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gaddafi, is the rebel leadership, the political leadership in benghazi then in a position to step in and take things forward. there have been key concerns at the beginning. it's a very disparate group of people who came together at a moment of chaos, at a time when they united around the idea of getting the libyan leader. but the question is what happens next after they manage to achieve that goal? >> i think there is some nervousness even within n.t.c. about that. we had a revealing statement this afternoon from the chairman in benghazi who warned that he would resign if there were acts of revenge by fighters inside tripoli. i think they are aware that this is a very precarious moment, politically and millitarily. they have to try and exert control. they have to try and keep calm in tripoli. they want to try to avoid the pitfalls of the transitions that we've seen in places like iraq, and i think the west is watching very carefully to try and see how they handle it.
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>> president obama has praised the libyan people for what he called their extraordinary sacrifice. he called for a peaceful and just transition of power. >> your courage and character have been unbreakable in the face of a tyrant. an ocean divides us, but we are joined in the basic human long for freedom, for justice, and for dignity. your revolution is your own. and your sacrifices have been extraordinary. now the libya that you deserve is within your reach. >> i'm joined here in studio by george grant, the director of global security at the henry jackson society. thank you for staying with us. talking about the developments that have happened within the last hour and a half, initially surprised, but perhaps not so? >> well, yes, exactly. there's no doubt this has been a remarkable sequence of events,
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but i think you're absolutely right to ask that question. what would have been really surprising is if tripoli had fallen without any kind of struggle at all. in a weird kind of way, you know, this surprising event is just almost unsurprising, just the surprise at the rather extraordinary conflict. i think if we take a step back, 48 hours ago, tripoli was surrounded, that situation remains. and i think by almost any measure, tripoli will fall. the question is how and when. now i was saying over the weekend that if this is to be a purely military struggle, then it will be very bloody. and really could be di vast rouse. -- disastrous. it has to be that there is some -- the collapse is precipitated from inside tripoli from an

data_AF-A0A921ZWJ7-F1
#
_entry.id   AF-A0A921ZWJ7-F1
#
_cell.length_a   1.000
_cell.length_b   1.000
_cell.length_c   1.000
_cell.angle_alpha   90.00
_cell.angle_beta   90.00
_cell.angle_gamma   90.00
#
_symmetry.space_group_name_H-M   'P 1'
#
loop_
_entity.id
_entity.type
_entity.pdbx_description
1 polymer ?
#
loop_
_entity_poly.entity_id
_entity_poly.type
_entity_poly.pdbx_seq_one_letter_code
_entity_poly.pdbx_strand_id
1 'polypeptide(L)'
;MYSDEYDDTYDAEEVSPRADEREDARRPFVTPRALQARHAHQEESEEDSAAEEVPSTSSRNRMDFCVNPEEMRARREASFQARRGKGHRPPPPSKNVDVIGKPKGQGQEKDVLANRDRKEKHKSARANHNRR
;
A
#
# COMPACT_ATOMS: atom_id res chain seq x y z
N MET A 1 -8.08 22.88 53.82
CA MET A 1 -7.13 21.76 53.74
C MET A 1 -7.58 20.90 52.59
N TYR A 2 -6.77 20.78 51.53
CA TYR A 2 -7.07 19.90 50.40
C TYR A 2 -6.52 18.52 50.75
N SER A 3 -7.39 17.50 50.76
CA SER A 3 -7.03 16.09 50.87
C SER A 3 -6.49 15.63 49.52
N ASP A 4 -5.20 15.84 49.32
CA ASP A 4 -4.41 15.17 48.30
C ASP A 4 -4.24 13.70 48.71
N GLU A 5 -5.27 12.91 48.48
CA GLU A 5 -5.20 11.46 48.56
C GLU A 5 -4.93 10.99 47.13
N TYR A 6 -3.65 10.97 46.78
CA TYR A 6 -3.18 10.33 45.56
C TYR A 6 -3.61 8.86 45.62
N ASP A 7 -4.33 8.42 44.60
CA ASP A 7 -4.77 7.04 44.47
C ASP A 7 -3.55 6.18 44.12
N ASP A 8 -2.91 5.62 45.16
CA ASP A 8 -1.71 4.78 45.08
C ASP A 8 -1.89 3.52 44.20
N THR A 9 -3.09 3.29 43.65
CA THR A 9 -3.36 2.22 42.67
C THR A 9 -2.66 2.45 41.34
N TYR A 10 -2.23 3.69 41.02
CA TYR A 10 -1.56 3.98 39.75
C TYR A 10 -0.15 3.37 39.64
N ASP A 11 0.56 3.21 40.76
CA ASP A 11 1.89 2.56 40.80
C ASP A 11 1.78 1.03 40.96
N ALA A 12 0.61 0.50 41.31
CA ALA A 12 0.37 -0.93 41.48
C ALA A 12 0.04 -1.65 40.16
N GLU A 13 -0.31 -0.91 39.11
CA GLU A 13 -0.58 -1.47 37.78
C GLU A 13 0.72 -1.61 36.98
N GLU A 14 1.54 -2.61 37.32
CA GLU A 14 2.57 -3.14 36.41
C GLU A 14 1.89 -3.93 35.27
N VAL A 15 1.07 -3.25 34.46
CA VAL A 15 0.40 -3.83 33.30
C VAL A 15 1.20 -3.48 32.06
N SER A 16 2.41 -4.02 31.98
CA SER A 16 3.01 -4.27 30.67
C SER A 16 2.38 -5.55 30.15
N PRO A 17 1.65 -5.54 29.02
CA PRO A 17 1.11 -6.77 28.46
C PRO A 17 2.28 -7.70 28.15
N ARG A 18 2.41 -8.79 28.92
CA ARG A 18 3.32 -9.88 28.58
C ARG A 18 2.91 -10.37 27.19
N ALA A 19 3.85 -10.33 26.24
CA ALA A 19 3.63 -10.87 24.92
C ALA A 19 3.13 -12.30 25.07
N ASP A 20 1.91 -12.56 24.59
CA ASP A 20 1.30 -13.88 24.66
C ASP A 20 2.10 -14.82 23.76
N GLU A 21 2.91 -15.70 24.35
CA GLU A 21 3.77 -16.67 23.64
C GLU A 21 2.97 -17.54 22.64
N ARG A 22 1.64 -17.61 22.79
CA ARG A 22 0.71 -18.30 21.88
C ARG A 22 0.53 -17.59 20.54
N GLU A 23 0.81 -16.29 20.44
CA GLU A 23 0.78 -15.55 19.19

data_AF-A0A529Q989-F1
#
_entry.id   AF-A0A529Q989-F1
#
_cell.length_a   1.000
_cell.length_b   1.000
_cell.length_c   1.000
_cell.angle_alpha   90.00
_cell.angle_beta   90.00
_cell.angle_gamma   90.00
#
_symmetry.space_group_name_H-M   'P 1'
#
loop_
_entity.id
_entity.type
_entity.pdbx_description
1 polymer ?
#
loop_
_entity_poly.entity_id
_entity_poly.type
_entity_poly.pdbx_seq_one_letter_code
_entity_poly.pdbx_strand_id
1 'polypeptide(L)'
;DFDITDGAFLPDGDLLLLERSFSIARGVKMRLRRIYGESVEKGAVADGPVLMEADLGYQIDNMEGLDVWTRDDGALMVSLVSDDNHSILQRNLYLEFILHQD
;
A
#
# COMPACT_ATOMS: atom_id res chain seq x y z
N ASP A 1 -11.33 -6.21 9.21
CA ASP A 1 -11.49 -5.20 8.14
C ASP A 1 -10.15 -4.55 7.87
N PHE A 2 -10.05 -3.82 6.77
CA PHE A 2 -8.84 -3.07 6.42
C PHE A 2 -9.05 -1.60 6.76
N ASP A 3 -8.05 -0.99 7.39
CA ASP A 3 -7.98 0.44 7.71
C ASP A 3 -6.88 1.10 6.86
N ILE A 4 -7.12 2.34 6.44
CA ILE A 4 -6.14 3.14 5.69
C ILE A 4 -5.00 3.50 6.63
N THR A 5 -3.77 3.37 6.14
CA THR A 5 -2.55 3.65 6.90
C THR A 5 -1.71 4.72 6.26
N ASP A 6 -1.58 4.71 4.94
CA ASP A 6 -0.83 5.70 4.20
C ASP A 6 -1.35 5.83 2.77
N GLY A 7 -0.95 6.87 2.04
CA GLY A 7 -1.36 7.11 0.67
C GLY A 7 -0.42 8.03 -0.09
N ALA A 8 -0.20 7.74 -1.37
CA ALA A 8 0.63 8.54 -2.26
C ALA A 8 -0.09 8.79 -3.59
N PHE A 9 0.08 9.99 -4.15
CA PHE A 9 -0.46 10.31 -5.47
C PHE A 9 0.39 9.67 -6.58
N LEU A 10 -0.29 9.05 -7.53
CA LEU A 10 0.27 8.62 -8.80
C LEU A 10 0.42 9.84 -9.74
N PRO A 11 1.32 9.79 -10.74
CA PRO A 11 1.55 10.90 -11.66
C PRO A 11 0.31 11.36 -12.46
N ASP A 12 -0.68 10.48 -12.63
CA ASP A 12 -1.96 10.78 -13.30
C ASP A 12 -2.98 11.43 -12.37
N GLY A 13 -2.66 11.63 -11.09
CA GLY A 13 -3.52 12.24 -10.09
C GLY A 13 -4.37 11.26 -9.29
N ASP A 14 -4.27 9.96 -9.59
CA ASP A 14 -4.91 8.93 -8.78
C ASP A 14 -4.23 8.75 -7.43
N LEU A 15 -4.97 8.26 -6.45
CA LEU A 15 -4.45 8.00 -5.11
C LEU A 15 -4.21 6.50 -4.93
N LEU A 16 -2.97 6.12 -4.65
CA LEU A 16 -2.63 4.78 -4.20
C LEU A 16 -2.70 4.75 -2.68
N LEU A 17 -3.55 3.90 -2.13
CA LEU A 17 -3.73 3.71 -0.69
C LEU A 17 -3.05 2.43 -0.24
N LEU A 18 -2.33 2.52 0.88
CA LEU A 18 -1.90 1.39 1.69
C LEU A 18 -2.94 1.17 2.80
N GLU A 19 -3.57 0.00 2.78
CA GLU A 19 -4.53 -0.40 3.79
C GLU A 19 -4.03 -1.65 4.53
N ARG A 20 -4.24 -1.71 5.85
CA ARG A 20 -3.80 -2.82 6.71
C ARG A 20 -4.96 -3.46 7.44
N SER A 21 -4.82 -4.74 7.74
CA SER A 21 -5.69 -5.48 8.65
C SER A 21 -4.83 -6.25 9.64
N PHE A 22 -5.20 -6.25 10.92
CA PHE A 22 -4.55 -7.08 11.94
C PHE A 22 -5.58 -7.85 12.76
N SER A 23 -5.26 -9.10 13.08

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uprising, and that's going to be the key. but if the resistance from the regime element is as stiff as it now appears to be in some places, then let's not predict that that's going to melt away immediately. >> you just mentioned regime elements there. who are we talking about? >> well, it's difficult to say. there was a very interesting interview that took place with a captured regime colonel about a week ago now. he was saying that the regime is basically being held in place through mercenary enforced martial law and fear. that is something that i think -- i don't know how much love there is for gaddafi amongst even members of the regime. there's been numerous defections when people have had the opportunity. doubtless there are some hardcore elements, but i imagine a lot is through fear.